A Utah judge has ordered a baby to be removed from the foster home of her potential adoptive parents because the couple caring for her is gay, the New Civil Rights Movement reports.
April Hoagland and Beckie Peirce were shocked when Judge Scott Johansen ruled the little girl could not stay with them because he had seem some research indicating children with LGBT parents don’t do as well as those with heterosexual parents.
Hoagland called it “heartbreaking.”
“We’ve been told to care for this child like a mother would and I am her mother,” she told KUTV. “That’s who she knows, and she’s just going to be taken away in seven days… It’s just not fair, and it’s not right and it just hurts me really badly, because I haven’t done anything wrong.”
Though Johansen chalked the decision up to his own research, Peirce said she doesn’t buy it.
“I believe it’s a religious belief,” she told the station.
The couple already has two children, aged 12 and 14 and wanted to adopt the baby. The child’s biological mother also wants the baby to stay with the couple and has appealed the judge’s ruling.
The women, who are legally married and state-approved foster parents, said the judge refused to produce the evidence he cited, when asked.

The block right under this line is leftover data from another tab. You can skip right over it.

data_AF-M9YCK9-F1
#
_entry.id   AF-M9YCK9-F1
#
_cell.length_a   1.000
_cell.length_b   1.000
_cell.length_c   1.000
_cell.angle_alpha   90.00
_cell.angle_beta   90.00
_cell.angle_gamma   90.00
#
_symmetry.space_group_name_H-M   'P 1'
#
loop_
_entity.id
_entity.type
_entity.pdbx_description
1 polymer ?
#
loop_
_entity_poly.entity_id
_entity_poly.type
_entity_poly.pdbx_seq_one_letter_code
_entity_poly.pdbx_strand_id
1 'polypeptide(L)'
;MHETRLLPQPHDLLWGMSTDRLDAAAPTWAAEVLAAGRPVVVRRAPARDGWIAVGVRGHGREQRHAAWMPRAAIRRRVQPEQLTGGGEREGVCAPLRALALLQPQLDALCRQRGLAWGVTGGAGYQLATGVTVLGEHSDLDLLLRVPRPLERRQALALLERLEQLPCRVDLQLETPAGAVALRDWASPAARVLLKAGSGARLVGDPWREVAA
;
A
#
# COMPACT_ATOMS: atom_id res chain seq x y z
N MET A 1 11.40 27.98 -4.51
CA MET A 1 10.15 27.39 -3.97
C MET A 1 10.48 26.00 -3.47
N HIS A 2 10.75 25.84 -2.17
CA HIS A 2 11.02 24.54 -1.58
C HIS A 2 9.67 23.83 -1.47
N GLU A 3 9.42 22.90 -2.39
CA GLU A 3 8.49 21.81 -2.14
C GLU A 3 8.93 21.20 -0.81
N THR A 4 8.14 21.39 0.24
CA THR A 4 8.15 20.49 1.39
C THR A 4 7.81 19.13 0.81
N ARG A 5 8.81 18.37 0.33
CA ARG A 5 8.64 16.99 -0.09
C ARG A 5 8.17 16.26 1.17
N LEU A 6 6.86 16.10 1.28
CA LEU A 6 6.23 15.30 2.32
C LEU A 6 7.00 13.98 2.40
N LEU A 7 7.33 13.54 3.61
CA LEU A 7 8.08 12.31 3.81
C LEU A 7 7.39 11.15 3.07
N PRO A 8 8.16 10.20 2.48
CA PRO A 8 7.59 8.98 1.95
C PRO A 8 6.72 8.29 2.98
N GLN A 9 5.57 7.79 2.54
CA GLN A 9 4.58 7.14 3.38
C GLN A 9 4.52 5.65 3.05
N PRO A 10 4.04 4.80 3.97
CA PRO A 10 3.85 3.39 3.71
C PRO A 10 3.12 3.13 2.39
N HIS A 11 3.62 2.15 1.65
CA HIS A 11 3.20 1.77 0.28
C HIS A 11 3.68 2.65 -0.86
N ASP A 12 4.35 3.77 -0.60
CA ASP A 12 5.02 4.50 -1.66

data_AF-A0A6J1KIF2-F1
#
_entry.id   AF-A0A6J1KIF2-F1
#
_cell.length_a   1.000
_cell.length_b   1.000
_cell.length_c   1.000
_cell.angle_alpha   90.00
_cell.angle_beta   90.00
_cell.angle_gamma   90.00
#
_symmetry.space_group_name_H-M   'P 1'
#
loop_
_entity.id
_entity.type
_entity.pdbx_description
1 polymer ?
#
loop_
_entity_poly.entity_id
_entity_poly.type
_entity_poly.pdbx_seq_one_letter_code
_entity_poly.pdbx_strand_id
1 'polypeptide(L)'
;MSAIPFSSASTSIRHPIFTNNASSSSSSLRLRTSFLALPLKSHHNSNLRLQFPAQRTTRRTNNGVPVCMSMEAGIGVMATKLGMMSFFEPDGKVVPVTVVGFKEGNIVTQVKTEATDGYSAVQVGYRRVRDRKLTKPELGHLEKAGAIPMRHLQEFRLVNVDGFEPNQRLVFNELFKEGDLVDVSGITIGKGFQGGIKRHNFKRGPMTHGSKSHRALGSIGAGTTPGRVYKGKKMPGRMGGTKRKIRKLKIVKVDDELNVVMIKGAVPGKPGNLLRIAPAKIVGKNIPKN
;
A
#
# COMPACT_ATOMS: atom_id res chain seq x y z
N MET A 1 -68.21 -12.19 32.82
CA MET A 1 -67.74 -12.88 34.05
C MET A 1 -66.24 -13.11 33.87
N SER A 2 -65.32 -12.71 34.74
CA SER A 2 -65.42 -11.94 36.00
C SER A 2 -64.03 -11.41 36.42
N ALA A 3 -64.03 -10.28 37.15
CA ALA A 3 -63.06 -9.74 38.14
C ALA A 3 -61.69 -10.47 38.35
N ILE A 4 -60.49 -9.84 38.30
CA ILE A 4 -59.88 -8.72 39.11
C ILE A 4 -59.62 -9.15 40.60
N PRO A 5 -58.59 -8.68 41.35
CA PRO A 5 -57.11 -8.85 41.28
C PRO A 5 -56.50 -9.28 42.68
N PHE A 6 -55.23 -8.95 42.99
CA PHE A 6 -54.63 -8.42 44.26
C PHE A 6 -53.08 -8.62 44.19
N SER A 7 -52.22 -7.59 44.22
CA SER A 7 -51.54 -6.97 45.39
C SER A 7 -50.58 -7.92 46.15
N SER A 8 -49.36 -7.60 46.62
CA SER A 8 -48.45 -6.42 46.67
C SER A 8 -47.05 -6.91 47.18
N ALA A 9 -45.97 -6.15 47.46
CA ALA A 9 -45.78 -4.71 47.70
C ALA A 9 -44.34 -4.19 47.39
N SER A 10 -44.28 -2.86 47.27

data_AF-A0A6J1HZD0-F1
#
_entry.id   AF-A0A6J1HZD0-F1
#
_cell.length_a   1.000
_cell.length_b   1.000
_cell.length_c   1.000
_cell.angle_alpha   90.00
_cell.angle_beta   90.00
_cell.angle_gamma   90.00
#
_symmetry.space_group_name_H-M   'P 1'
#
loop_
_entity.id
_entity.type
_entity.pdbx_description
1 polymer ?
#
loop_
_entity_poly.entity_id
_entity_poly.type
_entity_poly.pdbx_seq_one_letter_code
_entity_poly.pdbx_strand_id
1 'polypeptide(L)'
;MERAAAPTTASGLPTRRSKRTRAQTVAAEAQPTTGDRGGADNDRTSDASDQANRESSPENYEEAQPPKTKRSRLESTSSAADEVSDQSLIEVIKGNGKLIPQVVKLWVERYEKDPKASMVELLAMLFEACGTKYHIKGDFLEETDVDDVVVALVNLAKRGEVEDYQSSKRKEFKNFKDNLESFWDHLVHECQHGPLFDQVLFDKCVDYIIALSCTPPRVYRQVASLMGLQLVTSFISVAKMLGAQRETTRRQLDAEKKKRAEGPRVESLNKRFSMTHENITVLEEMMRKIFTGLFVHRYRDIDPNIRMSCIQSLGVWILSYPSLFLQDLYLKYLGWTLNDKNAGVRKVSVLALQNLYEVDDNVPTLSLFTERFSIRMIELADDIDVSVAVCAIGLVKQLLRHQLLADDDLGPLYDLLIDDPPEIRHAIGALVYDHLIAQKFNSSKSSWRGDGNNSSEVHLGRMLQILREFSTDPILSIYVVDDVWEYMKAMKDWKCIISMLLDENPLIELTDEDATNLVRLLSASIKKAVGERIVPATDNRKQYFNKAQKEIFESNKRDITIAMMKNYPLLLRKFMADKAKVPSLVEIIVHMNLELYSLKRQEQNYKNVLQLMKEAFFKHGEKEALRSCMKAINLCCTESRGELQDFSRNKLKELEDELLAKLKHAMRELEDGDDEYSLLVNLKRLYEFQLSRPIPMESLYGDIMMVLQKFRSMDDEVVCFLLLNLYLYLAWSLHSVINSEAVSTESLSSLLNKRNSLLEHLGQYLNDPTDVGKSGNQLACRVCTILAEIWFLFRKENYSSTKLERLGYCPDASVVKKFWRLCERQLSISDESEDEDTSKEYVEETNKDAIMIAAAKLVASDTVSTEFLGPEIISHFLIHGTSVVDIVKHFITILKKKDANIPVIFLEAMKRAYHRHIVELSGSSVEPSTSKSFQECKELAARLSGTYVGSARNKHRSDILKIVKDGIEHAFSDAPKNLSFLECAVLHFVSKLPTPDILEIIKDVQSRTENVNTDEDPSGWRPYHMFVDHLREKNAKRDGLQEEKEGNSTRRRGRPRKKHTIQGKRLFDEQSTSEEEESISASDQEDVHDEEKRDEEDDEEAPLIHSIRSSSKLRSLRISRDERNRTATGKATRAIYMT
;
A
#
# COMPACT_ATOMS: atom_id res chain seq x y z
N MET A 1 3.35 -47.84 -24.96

In fact, research does not support the judge’s claim.
According to the Washington Post, studies show children with same-sex parents actually fare better in some ways than those with heterosexual parents. In other measures, children of same-sex couples are no different than their peers.
“It’s often suggested that children with same-sex parents have poorer outcomes because they’re missing a parent of a particular sex. But research my colleagues and I published in the journal BMC Public Health shows this isn’t the case,” lead researcher Simon Crouch wrote.
He suggested the higher degree of well being in children of same sex couples in physical and social health because these couples share responsibilities more equally than heterosexual couples.
“It is liberating for parents to take on roles that suit their skills rather than defaulting to gender stereotypes, where mum is the primary care giver and dad the primary breadwinner,” he wrote.
Watch the report, via KUTV, here: